London, April 30
Certain aspects of the personal diaries and letters involving Lord Mountbatten, the last Viceroy of India, his wife Edwina and India’s first Prime Minister Jawaharlal Nehru, at the heart of an appeal to decide whether they can be fully released for open public access, will remain redacted after a UK tribunal ruling.
Judge Sophie Buckley presided over the UK First-Tier Tribunal (Information Rights) appeal to determine the fate of some redacted sections of diaries and correspondence dating back to the 1930s.
The three-member tribunal concluded recently that Southampton University did not “hold” any correspondence entitled “letters from Lady Mountbatten to Jawaharlal Nehru, the first Prime Minister of the newly independent India (33 files, 1948-60), along with copies of his letters to her” as part of its Broadlands Archive and was only “physically safeguarding the papers” on its premises.
“The information was not owned by the University, and its use was restricted both in contract and in practice to physically safeguarding the papers. This is akin to the papers being held by an expert storage company,” the tribunal decision reads.
“Matters have moved on considerably since the decision notices… and the vast majority of the Mountbatten Papers have now been made public,” it points out.
Historian Andrew Lownie, who had launched a four-year-long battle for the release of the papers for his book ‘The Mountbattens: The Lives and Loves of Dickie and Edwina Mountbatten’, described the entire process as a victory that came at a very high cost and believes his fight was on the “crucial principles of censorship and freedom of information”.
“It has been a pyrrhic victory. Over 35,000 pages, 99 per cent of an important historical collection, has been released which will be important to future scholars and it has been a victory for free speech, academic freedom, access to archives and against government censorship,” said Lownie.
“My legal challenge has cost me an enormous amount financially – some 300,000 pounds (USD 377,204), my savings for my old age and an inheritance for my children,” he said.
The author-historian, whose new book ‘Traitor King: The Scandalous Exile of the Duke and Duchess of Windsor’ is out next month, said even the redacted material in the diaries and letters is likely to be “innocent”.
“This has simply been a face saving exercise but the withheld Edwina-Nehru correspondence bought at the same time with the same monies will shed fresh light on their relationship, when it began and how it shaped Independence and Partition,” he notes.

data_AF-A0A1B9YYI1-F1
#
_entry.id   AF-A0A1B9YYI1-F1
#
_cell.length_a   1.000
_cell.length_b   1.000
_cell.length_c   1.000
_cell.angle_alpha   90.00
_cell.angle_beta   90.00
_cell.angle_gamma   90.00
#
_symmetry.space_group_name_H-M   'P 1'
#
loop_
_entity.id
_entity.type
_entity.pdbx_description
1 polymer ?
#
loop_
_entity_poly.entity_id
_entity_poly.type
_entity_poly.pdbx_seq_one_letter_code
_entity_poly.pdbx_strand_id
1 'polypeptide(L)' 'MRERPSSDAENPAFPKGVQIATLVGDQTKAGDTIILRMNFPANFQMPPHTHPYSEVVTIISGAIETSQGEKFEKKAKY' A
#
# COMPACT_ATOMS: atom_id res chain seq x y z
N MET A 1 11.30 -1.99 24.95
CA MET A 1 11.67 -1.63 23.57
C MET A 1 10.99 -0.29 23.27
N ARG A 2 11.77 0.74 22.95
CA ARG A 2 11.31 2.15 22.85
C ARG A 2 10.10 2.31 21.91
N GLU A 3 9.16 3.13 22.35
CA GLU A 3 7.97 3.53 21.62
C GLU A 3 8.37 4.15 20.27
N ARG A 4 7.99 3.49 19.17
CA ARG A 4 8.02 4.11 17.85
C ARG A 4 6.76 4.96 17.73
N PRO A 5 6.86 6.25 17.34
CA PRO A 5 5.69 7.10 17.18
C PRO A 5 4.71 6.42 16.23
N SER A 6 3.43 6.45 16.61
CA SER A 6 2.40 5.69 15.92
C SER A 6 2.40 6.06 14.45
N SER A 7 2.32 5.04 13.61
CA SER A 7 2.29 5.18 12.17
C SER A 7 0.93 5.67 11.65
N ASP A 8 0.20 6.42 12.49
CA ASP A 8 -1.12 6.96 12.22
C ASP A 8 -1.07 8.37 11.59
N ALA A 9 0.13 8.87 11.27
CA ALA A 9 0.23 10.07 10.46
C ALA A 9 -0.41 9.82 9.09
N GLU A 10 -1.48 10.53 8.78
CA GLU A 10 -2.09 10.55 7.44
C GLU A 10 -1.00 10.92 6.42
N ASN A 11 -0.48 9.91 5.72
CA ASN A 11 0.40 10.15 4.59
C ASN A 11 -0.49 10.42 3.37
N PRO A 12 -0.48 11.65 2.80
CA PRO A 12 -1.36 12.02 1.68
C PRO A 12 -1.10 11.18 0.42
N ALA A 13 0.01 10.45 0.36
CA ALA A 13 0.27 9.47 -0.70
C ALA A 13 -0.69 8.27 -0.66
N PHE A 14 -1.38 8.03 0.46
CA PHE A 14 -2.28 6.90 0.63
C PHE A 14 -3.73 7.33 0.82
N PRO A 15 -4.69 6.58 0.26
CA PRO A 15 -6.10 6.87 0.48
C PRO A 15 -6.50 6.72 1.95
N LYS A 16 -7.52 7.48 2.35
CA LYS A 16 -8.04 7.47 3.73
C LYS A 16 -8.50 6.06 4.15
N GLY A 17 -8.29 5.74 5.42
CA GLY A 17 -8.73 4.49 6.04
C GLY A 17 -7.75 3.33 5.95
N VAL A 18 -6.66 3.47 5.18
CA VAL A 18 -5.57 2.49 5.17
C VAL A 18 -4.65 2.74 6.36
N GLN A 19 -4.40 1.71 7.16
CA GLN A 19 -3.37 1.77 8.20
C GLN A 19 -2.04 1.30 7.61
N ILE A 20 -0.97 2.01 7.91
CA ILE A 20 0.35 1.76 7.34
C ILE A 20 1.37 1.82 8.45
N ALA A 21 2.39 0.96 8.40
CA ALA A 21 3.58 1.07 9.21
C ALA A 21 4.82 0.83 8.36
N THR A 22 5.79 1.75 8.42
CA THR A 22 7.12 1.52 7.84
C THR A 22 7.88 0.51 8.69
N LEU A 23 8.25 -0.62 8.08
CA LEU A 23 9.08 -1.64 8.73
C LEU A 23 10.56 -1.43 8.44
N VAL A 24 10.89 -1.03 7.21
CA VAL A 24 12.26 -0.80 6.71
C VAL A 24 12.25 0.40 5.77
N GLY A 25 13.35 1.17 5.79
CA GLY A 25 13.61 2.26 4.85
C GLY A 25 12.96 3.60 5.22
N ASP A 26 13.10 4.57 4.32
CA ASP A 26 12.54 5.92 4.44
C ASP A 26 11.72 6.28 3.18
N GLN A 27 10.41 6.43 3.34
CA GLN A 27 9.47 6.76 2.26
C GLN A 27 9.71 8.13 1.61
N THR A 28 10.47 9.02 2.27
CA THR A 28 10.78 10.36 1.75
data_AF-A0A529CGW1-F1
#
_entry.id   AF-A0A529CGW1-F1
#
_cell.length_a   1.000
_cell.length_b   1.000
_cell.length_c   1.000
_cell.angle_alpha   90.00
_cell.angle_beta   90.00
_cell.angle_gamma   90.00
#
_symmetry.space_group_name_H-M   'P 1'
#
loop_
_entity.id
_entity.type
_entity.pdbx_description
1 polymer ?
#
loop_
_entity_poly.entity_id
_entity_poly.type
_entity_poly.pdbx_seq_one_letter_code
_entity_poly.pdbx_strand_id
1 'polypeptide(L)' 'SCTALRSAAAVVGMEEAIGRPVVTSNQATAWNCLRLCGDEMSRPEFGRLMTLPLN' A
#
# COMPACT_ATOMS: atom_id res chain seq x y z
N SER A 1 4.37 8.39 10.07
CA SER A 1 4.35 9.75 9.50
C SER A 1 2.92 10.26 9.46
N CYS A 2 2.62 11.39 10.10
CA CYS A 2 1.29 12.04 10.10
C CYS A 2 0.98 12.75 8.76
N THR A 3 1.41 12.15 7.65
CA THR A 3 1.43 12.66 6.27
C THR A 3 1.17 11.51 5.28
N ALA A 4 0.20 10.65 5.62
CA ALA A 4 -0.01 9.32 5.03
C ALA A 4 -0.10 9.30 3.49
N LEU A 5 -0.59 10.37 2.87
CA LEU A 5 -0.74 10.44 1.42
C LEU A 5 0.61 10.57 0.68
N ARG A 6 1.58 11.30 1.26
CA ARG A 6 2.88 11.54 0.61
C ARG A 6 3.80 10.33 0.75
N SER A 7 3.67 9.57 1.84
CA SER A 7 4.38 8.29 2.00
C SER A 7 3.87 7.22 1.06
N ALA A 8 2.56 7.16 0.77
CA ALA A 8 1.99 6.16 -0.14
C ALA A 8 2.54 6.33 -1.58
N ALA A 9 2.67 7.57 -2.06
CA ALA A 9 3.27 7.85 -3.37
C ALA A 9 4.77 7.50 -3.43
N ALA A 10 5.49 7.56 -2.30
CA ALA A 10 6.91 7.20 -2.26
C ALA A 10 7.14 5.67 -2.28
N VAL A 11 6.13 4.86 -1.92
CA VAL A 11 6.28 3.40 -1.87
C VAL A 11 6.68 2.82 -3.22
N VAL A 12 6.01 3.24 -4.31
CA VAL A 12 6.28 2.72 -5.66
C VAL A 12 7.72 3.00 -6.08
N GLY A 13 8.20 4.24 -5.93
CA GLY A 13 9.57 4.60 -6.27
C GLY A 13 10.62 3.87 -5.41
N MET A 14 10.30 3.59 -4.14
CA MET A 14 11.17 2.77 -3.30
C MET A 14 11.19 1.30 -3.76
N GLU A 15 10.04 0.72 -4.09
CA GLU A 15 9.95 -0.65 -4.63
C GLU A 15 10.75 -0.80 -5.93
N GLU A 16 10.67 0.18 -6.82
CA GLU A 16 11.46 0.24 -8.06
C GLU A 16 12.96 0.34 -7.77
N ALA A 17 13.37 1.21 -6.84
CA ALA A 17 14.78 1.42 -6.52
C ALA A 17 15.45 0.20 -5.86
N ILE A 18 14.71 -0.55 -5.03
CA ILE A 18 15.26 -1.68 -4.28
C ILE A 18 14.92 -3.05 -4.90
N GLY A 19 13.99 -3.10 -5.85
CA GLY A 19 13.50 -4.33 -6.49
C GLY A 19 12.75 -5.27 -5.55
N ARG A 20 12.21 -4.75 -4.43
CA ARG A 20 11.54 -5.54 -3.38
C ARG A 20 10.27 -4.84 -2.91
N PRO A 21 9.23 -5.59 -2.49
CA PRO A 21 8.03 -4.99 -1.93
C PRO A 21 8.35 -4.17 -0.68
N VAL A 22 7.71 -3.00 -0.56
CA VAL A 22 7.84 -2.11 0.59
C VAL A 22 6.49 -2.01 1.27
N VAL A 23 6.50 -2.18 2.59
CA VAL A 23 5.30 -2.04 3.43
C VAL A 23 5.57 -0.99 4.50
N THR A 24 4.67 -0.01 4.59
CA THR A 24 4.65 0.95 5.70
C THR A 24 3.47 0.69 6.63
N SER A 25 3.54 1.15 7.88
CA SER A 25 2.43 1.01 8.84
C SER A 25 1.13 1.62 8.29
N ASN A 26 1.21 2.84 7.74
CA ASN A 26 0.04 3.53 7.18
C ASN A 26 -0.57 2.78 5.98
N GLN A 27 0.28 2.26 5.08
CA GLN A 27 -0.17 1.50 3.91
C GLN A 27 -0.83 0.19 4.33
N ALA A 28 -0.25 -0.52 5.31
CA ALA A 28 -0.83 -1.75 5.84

“There is a huge public interest in that correspondence being released and campaigners should be lobbying Southampton University to exercise their 100 pounds (USD 125) option [to acquire the ownership rights],” he said.
The papers cover an important period of British-Indian history, including when India’s Partition was being overseen by Mountbatten and involves personal diaries and letters of both Lord Louis and wife Lady Edwina Mountbatten.
The UK Cabinet Office had maintained that most of the information from those papers is already in the public domain and any withheld aspects “would compromise the UK’s relations with other states”, with reference to India and Pakistan.
In 2011, the University of Southampton purchased the archival material, named Broadlands Archive, from the Mountbatten family, using public funds of over 2.8 million pounds and with the intention of making the papers widely available. However, the university then referred some of the correspondence to the Cabinet Office.
In 2019, the Information Commissioner’s Office (ICO) had found in favour of Lownie and ordered the release of the entire Broadlands Archive.
The University of Southampton had explained in response at the time that the correspondence between Lady Mountbatten and Nehru remained in private ownership and is “confidential but the University has a future interest in it”. It could have applied to purchase those letters but has reportedly chosen not to.
The 2019 decision of the ICO was appealed, which was heard in the First-Tier Tribunal in November last year and has now been concluded.
In the lead up to the hearing, the Cabinet Office had narrowed the number of exemptions they were seeking to impose so most of the letters and diaries were available by then.
“This is a victory after four years of campaigning but there is still a legal bill of 50,000 pounds and so the crowfunding has to go on,” noted Lownie, in his Crowdjustice.com fundraiser appeal.
The author says he has raised over 63,000 pounds in pledges from the website to fund the legal costs of the appeal.
The diaries of Mountbatten, who was a great-grandson of Queen Victoria, a cousin of Queen Elizabeth II, an uncle to the late Duke of Edinburgh and great-uncle to Prince Charles, also contain personal correspondence within the royal family – another factor cited behind some redactions.
In May last year, Southampton University said it was publishing online “previously unavailable papers” from the Broadlands Archives collection and that further material would be made available during the course of the year. It is claimed that a majority of the material from the diaries is now in the public domain.
“The Broadlands Archives collection is one of the University Library’s foremost collections of manuscripts... this substantial collection dates from the sixteenth century to the present. The material provides a preeminent resource for British politics in the nineteenth and twentieth centuries,” the university notes.